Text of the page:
In an age in which it is possible for a drone to take out a terror suspect sitting in a public toilet in Yemen it is reasonable to wonder how a Boeing 777 can seem to vanish into thin air. For days now search ships have been scouring the southern Indian Ocean in an attempt to reach and identify satellite photographed debris that might be the remains of MH370, that might lead to its black boxes, that might further lead to some answers to the myriad of questions surrounding this ill-fated flight, and provide some closure for the tormented families of its victims.
Each day I wonder, like many others, why with all the planes ships in high technology they are unable to reach the debris to begin answering these questions. Then I remember that a few years ago I myself was sailing through these seas and wondering at how it was possible to be so remote in a world that we think has been diminished by the speed of our transportation and communication technology.
I was sailing in a small cruise ship (one without waterslides, Disney characters, and Americans who think wet T-shirt contests are what travel is all about) from Cape Town to Perth. I had been on some long stretches at sea before, but this one had eight “sea days” between these ports, eight days to be spent mostly lounging in a deck chair and, as is my custom, reading books about the region of the world in which I was traveling. But my other pleasure at being at sea is to sit and watch the sea itself, taking in its many moods, forms and colors, it’s endless change, absorbing a visual repertoire to illustrate my readings. I also enjoy spotting its fauna, the flying fish, dolphins racing along in the bow wake, the occasional whale spouting or shark dorsal menacingly increasing the surface.
But for these eight days, sailing mostly in the latitudes of the 30s in the South Indian Ocean’s I saw no flying fish or other fauna. Not only that, I saw no other ships, not a single freighter, tanker, no cruise ships that are common in counters in other sea lanes. Curiously, when I looked above, I don’t recall even seeing the familiar contrails of a commercial jet at 35,000 feet. Sitting there in my deck chair it seemed as though we were in a dead zone, as though we had sailed off the end of the earth.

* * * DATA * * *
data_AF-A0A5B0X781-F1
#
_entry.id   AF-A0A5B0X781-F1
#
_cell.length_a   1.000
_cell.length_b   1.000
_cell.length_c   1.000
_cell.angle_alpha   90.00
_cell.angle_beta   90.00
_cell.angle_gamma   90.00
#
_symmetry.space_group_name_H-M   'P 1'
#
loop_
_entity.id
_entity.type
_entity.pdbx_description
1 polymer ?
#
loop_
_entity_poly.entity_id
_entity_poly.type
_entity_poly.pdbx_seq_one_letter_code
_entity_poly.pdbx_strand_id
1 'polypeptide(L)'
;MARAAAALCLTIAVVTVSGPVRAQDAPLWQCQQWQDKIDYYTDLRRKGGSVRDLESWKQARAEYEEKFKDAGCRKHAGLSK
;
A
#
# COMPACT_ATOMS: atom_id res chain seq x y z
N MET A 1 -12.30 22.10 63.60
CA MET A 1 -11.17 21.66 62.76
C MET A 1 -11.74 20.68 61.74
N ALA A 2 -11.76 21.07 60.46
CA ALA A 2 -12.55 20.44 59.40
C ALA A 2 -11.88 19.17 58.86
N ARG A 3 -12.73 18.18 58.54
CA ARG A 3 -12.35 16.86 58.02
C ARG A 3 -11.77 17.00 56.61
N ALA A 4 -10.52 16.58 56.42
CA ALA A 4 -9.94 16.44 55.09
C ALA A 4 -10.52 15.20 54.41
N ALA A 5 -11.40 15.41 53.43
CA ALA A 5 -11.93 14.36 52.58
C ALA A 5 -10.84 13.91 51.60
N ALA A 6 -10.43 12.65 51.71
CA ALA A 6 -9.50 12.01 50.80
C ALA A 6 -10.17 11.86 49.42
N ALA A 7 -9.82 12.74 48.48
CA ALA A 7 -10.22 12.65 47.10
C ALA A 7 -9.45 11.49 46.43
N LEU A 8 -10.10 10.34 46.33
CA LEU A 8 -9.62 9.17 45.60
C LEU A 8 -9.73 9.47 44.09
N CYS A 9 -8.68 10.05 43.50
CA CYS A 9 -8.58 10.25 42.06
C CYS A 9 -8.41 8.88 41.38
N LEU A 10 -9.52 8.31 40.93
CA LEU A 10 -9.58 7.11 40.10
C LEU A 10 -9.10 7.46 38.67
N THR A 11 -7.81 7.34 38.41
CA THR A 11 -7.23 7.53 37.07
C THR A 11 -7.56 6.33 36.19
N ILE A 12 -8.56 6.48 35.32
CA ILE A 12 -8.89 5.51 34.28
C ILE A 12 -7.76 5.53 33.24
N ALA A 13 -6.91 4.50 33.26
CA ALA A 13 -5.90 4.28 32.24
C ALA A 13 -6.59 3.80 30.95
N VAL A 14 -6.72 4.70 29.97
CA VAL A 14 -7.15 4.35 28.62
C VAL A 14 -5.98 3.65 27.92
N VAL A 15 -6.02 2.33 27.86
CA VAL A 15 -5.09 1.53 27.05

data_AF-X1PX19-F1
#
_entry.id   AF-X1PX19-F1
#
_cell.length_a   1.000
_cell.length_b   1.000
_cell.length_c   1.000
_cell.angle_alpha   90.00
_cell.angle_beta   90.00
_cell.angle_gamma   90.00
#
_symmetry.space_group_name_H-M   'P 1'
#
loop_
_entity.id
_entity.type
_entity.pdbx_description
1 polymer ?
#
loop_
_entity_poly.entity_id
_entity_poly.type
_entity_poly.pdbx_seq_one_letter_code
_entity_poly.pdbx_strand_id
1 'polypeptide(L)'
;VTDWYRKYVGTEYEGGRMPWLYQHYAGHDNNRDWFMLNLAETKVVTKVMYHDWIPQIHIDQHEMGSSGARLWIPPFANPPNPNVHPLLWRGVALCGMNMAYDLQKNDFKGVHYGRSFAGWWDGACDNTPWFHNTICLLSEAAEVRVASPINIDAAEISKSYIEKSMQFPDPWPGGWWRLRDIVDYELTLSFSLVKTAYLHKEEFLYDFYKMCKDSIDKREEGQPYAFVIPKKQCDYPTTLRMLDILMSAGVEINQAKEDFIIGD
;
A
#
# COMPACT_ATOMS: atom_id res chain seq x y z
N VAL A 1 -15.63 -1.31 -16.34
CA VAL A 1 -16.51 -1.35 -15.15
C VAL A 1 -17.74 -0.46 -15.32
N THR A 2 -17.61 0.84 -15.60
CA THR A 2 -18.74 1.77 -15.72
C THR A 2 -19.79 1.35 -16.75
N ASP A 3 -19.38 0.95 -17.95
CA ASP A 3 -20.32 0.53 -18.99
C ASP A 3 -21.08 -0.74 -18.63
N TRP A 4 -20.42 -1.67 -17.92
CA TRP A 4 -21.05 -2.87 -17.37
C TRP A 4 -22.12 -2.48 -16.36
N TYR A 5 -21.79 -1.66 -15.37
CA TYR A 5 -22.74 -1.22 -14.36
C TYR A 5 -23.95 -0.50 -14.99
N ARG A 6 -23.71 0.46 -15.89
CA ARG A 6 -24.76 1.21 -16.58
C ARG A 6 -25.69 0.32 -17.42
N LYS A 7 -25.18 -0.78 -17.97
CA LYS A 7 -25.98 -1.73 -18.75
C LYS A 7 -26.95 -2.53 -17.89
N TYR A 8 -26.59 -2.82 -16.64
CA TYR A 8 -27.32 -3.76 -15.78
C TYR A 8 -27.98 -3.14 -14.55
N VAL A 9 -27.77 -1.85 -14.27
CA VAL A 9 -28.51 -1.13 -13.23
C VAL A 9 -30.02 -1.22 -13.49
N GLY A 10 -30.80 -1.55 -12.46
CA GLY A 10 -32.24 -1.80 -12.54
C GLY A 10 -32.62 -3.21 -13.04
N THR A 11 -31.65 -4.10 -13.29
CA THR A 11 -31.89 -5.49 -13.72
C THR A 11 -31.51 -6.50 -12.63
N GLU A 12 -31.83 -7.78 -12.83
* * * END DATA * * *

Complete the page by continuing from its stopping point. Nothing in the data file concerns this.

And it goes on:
It was easy for me to imagine that. One of the reasons I chose this particular route was that I had long been fascinated by tales such as that of Alexander Selkirk,* whom Daniel Defoe had fashioned into Robinson Crusoe in 1719 and later inspired Jules Verne’s The Castaway of the Flag, in 1900, about the Swiss Family Robinson.
Whether I was in the waters of the Southern oceans or not I was always captivated by tales, real and imagined, of islands, deserted or people with strange peoples, missionaries, escapes from perilous circumstances,**** mutinies and castaways,** and shipwrecks.*** In particular, on this occasion I was strongly interested in the history of “criminal transportation” from the British Isles to the penal colonies of Australia.***** Many a ship in those days never made it owing to the wins of the “Roaring 40s” and the stormy and treacherous seas they stirred up. Further down is the only latitude on earth where the winds blow without any interference by landmass.
There are almost no islands in this part of the Southern Ocean. I remember consulting the map and noticing that there was only below us, at some considerable distance, the French archipelago of Kerguelen [37° 50 south, 77° 30 east, approx. 2,600 miles SW of Perth] that is inhabited only by meteorologists who can only be rotated out by ship since there is no airport. Also called the Desolation Islands, it is probably an ideal place to go for inspiration for a saga like Lord of the Flies or to binge watch Survivor re-runs. The Dutch also used to brave these latitudes for their lucrative spice trade in Indonesia. Batavia’s Graveyard gives a stirring account of the wreck of gold and passenger laden ship Batavia, bound for Java in 1628, on the Houtman’s Abrolhos atolls that are just off the coast of Western Australia. Even that place was so remote the survivors ended up enduring a mutiny and madness by the captain that killed a hundred of them.
Reflecting back on my uneventful passage through this vast, bleak and forbidding geography, as well as my “passages” through the literary territory it has inspired I can only conclude that little good can come from whatever might have caused MH370 to venture into it. It is also a region with such physical indifference to the presence of humankind that it pushes the imagination to the wilder boundaries of speculation. If indeed MH370 did go down in the South Indian Ocean it might never be known or discovered, much less retrieved for the answers to the questions that have intrigued, exasperated and saddened many. The void of truth will be filled with conspiracy theories, sinister plots, a variety of technological scenarios, and no doubt science fiction, and probably a cable reality show.
© 2014, James A. Clapp (UrbisMedia Ltd. Pub. 3.28.2014)